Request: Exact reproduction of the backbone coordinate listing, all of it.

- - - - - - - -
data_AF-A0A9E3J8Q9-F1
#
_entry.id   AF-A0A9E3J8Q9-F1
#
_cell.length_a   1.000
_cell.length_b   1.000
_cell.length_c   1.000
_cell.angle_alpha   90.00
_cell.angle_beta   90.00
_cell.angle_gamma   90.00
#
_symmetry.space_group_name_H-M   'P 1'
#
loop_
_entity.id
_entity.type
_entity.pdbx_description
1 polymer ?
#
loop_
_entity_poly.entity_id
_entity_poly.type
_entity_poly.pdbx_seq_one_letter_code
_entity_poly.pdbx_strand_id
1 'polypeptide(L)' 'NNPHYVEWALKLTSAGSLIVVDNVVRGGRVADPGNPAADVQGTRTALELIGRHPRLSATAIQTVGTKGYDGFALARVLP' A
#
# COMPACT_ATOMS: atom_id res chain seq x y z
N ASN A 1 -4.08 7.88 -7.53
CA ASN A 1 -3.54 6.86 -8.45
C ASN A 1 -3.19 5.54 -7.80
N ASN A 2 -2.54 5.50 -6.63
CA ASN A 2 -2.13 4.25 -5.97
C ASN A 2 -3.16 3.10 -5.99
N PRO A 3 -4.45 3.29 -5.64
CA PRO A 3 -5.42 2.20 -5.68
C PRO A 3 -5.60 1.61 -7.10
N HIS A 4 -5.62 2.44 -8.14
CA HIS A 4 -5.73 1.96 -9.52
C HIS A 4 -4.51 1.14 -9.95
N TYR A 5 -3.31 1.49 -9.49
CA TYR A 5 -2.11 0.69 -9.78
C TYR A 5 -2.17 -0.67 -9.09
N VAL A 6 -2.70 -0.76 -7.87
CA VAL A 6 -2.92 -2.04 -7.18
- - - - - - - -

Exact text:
data_AF-A0A9E3J8Q9-F1
#
_entry.id   AF-A0A9E3J8Q9-F1
#
_cell.length_a   1.000
_cell.length_b   1.000
_cell.length_c   1.000
_cell.angle_alpha   90.00
_cell.angle_beta   90.00
_cell.angle_gamma   90.00
#
_symmetry.space_group_name_H-M   'P 1'
#
loop_
_entity.id
_entity.type
_entity.pdbx_description
1 polymer ?
#
loop_
_entity_poly.entity_id
_entity_poly.type
_entity_poly.pdbx_seq_one_letter_code
_entity_poly.pdbx_strand_id
1 'polypeptide(L)' 'NNPHYVEWALKLTSAGSLIVVDNVVRGGRVADPGNPAADVQGTRTALELIGRHPRLSATAIQTVGTKGYDGFALARVLP' A
#
# COMPACT_ATOMS: atom_id res chain seq x y z
N ASN A 1 -4.08 7.88 -7.53
CA ASN A 1 -3.54 6.86 -8.45
C ASN A 1 -3.19 5.54 -7.80
N ASN A 2 -2.54 5.50 -6.63
CA ASN A 2 -2.13 4.25 -5.97
C ASN A 2 -3.16 3.10 -5.99
N PRO A 3 -4.45 3.29 -5.64
CA PRO A 3 -5.42 2.20 -5.68
C PRO A 3 -5.60 1.61 -7.10
N HIS A 4 -5.62 2.44 -8.14
CA HIS A 4 -5.73 1.96 -9.52
C HIS A 4 -4.51 1.14 -9.95
N TYR A 5 -3.31 1.49 -9.49
CA TYR A 5 -2.11 0.69 -9.78
C TYR A 5 -2.17 -0.67 -9.09
N VAL A 6 -2.70 -0.76 -7.87
CA VAL A 6 -2.92 -2.04 -7.18